It’s late, and this post is getting long, so it’s possible I’ve begun rambling again. Ultimately, the law is indeed sacred; its function and value lies entirely in its universal influence and the respect we give it. It may not be ethereal, or supernatural, but somehow its tangibility lends it even more authority.


Fun with the English alphabet

Here’s one for you: say the alphabet out loud, as usual making sure to name the letters rather than sounding them out (as in, “ayy” for A, “bee” for B, “see” for C etc.).

You’ll find that every vowel only sounds like the way it’s used in conjunction with the ‘magic E’ or ‘special E’ (however you were taught it in school): that is to say,  A is pronounced the way it is in “bake” or “cake”, not like in “back” or “cat”; E sounds like “bee”/”see” rather than “bet”/”set”, I sounds like “die”/”pie” rather than “dig”/”pig”, O sounds like “rope”/”hope” not “rot”/”hot”, and U sounds like “tube”/”crude” rather than “tut”/”crud”.

Meanwhile, among the consonants, if you say them in the way of the Queen’s English/Received Pronunciation, or even Standard American, then H and W are the only letters whose ‘names’ give no indication and are really nothing like their sound (R as well in English pronunciation). Most consonants indicate the sound, like D being “Dee”, and even calling X “eks” or C “see” indicates their usage in may frequent cases (e.g. box = boks; ceiling = seeling). But, we call W “double yoo” and H “aitch”.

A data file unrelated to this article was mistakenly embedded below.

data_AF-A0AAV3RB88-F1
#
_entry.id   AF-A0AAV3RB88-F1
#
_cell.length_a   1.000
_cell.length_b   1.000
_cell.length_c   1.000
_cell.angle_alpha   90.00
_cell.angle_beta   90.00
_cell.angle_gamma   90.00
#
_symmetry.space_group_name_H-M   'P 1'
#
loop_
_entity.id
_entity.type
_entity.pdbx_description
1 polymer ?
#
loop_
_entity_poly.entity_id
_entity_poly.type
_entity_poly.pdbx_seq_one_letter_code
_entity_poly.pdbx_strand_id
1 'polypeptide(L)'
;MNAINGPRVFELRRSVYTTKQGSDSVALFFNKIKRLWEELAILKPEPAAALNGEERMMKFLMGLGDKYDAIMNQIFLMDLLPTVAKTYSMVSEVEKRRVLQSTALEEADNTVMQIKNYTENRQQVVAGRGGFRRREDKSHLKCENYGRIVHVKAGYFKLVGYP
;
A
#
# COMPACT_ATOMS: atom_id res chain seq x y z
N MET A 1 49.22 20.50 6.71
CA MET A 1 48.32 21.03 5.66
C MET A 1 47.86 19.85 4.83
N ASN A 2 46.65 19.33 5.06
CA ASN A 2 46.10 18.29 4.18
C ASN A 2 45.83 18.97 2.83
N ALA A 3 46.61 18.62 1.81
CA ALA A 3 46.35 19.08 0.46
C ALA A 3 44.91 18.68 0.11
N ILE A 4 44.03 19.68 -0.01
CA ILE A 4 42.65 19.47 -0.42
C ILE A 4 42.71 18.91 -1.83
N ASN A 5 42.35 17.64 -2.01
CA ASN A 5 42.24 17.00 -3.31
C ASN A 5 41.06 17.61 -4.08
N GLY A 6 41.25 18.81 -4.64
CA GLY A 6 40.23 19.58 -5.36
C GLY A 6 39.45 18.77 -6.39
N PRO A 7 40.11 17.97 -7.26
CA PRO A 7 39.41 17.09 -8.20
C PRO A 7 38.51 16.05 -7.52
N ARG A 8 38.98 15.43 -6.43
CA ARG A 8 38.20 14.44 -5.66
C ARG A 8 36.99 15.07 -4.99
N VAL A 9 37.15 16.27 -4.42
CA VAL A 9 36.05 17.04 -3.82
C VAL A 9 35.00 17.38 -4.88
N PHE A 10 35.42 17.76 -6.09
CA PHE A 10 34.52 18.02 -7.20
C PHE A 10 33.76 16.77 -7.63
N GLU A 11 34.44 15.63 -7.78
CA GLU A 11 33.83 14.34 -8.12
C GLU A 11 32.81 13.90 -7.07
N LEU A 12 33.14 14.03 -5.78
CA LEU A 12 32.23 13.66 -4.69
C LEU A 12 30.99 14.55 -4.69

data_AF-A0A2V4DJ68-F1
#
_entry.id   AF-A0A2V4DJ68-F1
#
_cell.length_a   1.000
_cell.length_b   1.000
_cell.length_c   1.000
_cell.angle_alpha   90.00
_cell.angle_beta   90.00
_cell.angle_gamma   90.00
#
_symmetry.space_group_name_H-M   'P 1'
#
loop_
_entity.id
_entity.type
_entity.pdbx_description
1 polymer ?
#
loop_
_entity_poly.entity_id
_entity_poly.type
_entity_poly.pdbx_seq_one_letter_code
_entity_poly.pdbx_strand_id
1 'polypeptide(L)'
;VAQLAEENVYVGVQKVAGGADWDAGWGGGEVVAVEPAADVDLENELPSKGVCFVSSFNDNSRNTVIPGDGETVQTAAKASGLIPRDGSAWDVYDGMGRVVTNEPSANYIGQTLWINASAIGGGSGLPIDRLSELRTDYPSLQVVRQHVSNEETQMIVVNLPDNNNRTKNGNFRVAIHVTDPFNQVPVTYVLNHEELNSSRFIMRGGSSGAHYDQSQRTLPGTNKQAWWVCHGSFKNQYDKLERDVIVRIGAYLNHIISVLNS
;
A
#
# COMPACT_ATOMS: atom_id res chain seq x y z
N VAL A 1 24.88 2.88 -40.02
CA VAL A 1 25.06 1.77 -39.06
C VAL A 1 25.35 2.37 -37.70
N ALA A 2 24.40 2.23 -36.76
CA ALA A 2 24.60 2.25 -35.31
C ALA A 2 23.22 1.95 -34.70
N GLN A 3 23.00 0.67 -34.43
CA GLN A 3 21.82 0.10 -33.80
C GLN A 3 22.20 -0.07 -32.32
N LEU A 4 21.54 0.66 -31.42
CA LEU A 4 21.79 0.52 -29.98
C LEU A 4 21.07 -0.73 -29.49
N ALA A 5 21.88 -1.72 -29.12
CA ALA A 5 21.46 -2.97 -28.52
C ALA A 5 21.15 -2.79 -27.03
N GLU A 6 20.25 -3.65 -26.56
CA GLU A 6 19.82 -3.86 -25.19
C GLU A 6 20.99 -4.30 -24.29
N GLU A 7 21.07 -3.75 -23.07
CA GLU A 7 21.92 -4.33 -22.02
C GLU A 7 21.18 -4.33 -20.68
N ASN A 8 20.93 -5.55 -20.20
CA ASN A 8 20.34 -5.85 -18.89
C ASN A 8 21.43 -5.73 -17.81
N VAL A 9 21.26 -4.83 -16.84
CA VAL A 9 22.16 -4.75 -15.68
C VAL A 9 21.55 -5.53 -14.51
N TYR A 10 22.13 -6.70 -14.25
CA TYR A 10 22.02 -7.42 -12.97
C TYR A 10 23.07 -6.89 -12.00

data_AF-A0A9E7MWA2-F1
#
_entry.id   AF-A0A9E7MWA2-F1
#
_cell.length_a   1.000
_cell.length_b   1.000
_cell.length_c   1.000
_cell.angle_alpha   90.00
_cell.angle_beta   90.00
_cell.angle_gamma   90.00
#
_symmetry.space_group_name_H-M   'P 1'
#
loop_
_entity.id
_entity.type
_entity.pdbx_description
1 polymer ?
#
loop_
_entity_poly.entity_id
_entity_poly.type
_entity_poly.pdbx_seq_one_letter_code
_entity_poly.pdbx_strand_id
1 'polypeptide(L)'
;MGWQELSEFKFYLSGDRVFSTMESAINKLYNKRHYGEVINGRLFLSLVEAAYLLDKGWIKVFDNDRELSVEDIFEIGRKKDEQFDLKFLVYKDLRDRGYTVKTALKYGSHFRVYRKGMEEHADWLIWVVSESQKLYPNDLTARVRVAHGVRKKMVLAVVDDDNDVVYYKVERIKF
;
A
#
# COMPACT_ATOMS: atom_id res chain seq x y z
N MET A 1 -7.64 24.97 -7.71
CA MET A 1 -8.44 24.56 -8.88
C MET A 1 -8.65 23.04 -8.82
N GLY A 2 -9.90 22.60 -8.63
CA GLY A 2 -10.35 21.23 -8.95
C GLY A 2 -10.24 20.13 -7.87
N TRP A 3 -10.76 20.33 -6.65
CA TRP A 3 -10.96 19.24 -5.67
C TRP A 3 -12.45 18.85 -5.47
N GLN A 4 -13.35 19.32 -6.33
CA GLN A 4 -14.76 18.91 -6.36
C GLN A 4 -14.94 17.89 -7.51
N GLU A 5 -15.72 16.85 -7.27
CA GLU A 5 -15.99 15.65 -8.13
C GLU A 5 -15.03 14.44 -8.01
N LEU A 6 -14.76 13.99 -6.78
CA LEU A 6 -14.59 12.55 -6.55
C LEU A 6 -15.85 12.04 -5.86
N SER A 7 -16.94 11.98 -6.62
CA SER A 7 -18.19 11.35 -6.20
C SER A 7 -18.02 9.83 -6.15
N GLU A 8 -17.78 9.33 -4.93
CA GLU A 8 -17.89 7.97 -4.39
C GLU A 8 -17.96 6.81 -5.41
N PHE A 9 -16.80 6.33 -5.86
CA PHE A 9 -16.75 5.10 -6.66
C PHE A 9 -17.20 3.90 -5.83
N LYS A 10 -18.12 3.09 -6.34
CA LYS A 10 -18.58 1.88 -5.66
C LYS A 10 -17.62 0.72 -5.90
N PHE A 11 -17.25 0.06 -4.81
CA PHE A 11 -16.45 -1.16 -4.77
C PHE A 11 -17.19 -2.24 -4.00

Interestingly enough, (at least in England) calling H “haitch” is often deemed a sign of a lack of ‘education’ or ‘class’, even though, for the purposes of indicating a letter’s sound, it’s actually more useful than “aitch”.

The case for W may be contested, as it was David Crystal who argued that a “w” sound is the result of an extremely shortened “u” (“uu” or “oo”) sound. For example, sound out “uuitch” “uarm” or “ooait”. You probably said “witch”, “warm”. and “wait”. So, the name “Double U” for W could be argued to be an indicator of its pronunciation, if only vicariously through the pronunciation of U.

In SE England, Australasia, and South Africa, we also call R “ah”, which gives you no indication as to how to pronounce a word like “red”. Meanwhile in America, Northern and Western UK, and Ireland, it’s “arr” (or “orr” in Ireland), which is much more helpful. However, you could point out that calling R “ah” correlates with its usage at the end of a word, as in RP we also say “bah”, “cah”, and “fah”, while they’d call it “ar” and say “bar”, “car”, and “far” in the wider anglosphere.